eBird went global in 2010, and in January 2014 the Bird Count India partnership began to encourage birdwatchers in India to use the platform so that observations of Indian birds could be collated in one place. The reason for this? To gather the sightings of birdwatchers together for a better understanding of our birds: for education, research and conservation.
Today, 4.5 years later, we are delighted to announce that the nearly 12,000 eBirders in India have collectively crossed these milestones:
What does all this signify? Here are some ways in which these efforts add to our knowledge of Indian birds.
With modern field guides, the distributional ranges of our species have been clarified to a great degree. But the field guides don’t always agree with one another about this! With eBird, we can understand current up-to-date distributions of birds and zoom to see the specific sightings in any place.
Explore range maps of all Indian species using eBird’s map feature.
The information uploaded to eBird also helps to understand various kinds of seasonal movements of birds, from the within-country migration of Verditer Flycatcher…
… to the elevational migration of Grey-headed Canary Flycatcher…
… and how the Pied Cuckoo is the harbinger of the monsoon in central and northern India (details here).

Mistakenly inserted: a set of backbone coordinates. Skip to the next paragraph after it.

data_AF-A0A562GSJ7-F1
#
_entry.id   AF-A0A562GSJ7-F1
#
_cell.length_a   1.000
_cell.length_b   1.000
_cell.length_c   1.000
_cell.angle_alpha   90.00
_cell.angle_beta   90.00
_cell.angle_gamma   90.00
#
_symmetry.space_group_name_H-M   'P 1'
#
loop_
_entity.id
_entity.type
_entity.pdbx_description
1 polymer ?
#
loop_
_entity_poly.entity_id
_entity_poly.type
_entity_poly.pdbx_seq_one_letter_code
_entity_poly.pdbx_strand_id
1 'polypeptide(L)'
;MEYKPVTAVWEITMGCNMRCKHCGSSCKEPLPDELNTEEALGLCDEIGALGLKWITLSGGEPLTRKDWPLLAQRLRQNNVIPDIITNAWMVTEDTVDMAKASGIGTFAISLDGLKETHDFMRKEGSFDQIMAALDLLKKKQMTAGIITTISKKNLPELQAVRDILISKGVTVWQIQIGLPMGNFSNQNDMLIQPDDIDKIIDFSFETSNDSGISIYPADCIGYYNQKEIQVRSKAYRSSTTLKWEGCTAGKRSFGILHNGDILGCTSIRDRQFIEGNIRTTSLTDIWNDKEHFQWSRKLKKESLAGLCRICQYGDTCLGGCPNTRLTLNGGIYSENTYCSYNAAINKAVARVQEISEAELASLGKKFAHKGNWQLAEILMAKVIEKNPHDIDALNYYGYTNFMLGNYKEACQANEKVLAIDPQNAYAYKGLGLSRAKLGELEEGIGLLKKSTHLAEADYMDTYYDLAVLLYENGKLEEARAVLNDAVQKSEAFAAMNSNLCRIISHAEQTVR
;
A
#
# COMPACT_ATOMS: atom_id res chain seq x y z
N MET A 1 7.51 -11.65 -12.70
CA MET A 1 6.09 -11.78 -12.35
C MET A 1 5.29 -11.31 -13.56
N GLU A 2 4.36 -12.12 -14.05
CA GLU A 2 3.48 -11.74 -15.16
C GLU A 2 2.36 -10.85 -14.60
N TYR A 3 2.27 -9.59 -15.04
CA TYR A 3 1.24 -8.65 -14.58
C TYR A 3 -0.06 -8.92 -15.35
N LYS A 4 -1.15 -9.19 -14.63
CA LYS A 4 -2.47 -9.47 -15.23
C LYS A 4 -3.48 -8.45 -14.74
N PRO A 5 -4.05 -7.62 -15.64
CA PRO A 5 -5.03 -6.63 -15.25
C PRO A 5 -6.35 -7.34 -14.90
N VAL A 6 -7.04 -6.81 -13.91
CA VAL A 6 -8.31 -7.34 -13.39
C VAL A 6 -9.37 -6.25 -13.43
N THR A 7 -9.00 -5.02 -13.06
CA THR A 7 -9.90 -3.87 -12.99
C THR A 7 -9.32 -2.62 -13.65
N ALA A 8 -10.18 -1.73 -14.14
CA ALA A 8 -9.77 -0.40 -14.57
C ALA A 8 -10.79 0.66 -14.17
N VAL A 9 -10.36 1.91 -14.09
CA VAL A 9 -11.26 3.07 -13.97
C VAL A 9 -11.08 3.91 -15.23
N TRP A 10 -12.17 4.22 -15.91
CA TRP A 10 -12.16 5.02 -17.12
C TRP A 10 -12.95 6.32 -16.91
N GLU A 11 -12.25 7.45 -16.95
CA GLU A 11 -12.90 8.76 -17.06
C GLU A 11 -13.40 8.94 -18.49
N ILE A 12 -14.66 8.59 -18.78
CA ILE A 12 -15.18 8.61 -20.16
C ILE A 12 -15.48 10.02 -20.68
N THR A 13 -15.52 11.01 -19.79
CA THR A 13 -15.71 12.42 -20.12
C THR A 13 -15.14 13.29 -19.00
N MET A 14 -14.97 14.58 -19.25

Explore the seasonality of Indian birds for yourself using the ‘bar charts’ feature, and change the location to any place you wish.
We can now go beyond simple words like “common”, “rare”, or the great favourite “not uncommon”, and use the frequency of complete eBird birdlists that report a species as a rough indicator of abundance.
And thanks to eBirders who dug out their notebooks and have uploaded their birdlists from the past, it is becoming possible to travel back in time and understand, at least crudely, how abundances of different species may have changed over the years.
Over 200,000 photos of more than 1,200 Indian species have been uploaded to the eBird/Macaulay library platform. There are also over 6,000 audio recordings of Indian birds. These can be used to understand plumage variations in different regions and seasons, delineate subspecies boundaries and so much more.
Explore how complete the collection of photos and audio is through the illustrated checklist for India, and consider contributing your own work to this effort!
Thank you to each and every eBirder who has helped build this unique database on Indian birds. We look forward to the information collated here being increasingly used in research and for the conservation of our precious birds.